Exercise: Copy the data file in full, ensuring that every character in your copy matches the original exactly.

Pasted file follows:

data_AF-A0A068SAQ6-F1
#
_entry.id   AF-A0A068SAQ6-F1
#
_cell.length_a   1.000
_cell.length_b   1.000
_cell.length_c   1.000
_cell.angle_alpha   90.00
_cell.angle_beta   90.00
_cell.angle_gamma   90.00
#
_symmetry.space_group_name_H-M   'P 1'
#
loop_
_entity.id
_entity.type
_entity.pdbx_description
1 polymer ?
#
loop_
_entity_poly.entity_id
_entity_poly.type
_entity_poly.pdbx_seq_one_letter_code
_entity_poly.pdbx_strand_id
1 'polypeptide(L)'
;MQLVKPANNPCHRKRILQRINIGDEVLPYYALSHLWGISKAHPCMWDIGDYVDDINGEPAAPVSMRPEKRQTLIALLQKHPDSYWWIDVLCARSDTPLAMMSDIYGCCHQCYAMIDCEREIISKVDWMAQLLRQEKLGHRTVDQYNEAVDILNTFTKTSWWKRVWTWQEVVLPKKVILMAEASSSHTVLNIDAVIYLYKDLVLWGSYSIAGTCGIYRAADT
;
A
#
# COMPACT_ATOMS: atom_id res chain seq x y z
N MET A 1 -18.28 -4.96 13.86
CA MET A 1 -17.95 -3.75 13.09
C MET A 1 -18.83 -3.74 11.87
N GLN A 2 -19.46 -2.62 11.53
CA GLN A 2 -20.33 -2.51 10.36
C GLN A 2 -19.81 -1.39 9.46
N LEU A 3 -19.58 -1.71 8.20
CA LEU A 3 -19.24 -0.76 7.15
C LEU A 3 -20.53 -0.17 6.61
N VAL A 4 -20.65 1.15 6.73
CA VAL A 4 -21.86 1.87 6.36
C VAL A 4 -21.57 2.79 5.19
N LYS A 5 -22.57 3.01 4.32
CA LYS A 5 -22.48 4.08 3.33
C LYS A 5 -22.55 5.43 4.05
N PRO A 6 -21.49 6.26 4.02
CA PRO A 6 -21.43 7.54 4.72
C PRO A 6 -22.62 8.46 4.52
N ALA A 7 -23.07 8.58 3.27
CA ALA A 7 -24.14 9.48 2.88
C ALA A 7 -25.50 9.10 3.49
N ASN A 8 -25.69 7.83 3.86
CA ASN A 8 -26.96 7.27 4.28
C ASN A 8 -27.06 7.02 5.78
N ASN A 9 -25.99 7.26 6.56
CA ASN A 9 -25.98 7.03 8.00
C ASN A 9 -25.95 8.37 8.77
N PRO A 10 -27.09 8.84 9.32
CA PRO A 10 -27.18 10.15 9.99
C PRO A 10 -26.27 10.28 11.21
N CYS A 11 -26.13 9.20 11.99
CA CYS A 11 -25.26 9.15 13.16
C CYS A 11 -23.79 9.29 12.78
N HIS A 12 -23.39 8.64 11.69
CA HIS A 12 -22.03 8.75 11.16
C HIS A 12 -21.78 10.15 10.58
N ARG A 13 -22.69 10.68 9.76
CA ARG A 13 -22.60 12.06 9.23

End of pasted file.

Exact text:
data_AF-A0A068SAQ6-F1
#
_entry.id   AF-A0A068SAQ6-F1
#
_cell.length_a   1.000
_cell.length_b   1.000
_cell.length_c   1.000
_cell.angle_alpha   90.00
_cell.angle_beta   90.00
_cell.angle_gamma   90.00
#
_symmetry.space_group_name_H-M   'P 1'
#
loop_
_entity.id
_entity.type
_entity.pdbx_description
1 polymer ?
#
loop_
_entity_poly.entity_id
_entity_poly.type
_entity_poly.pdbx_seq_one_letter_code
_entity_poly.pdbx_strand_id
1 'polypeptide(L)'
;MQLVKPANNPCHRKRILQRINIGDEVLPYYALSHLWGISKAHPCMWDIGDYVDDINGEPAAPVSMRPEKRQTLIALLQKHPDSYWWIDVLCARSDTPLAMMSDIYGCCHQCYAMIDCEREIISKVDWMAQLLRQEKLGHRTVDQYNEAVDILNTFTKTSWWKRVWTWQEVVLPKKVILMAEASSSHTVLNIDAVIYLYKDLVLWGSYSIAGTCGIYRAADT
;
A
#
# COMPACT_ATOMS: atom_id res chain seq x y z
N MET A 1 -18.28 -4.96 13.86
CA MET A 1 -17.95 -3.75 13.09
C MET A 1 -18.83 -3.74 11.87
N GLN A 2 -19.46 -2.62 11.53
CA GLN A 2 -20.33 -2.51 10.36
C GLN A 2 -19.81 -1.39 9.46
N LEU A 3 -19.58 -1.71 8.20
CA LEU A 3 -19.24 -0.76 7.15
C LEU A 3 -20.53 -0.17 6.61
N VAL A 4 -20.65 1.15 6.73
CA VAL A 4 -21.86 1.87 6.36
C VAL A 4 -21.57 2.79 5.19
N LYS A 5 -22.57 3.01 4.32
CA LYS A 5 -22.48 4.08 3.33
C LYS A 5 -22.55 5.43 4.05
N PRO A 6 -21.49 6.26 4.02
CA PRO A 6 -21.43 7.54 4.72
C PRO A 6 -22.62 8.46 4.52
N ALA A 7 -23.07 8.58 3.27
CA ALA A 7 -24.14 9.48 2.88
C ALA A 7 -25.50 9.10 3.49
N ASN A 8 -25.69 7.83 3.86
CA ASN A 8 -26.96 7.27 4.28
C ASN A 8 -27.06 7.02 5.78
N ASN A 9 -25.99 7.26 6.56
CA ASN A 9 -25.98 7.03 8.00
C ASN A 9 -25.95 8.37 8.77
N PRO A 10 -27.09 8.84 9.32
CA PRO A 10 -27.18 10.15 9.99
C PRO A 10 -26.27 10.28 11.21
N CYS A 11 -26.13 9.20 11.99
CA CYS A 11 -25.26 9.15 13.16
C CYS A 11 -23.79 9.29 12.78
N HIS A 12 -23.39 8.64 11.69
CA HIS A 12 -22.03 8.75 11.16
C HIS A 12 -21.78 10.15 10.58
N ARG A 13 -22.69 10.68 9.76
CA ARG A 13 -22.60 12.06 9.23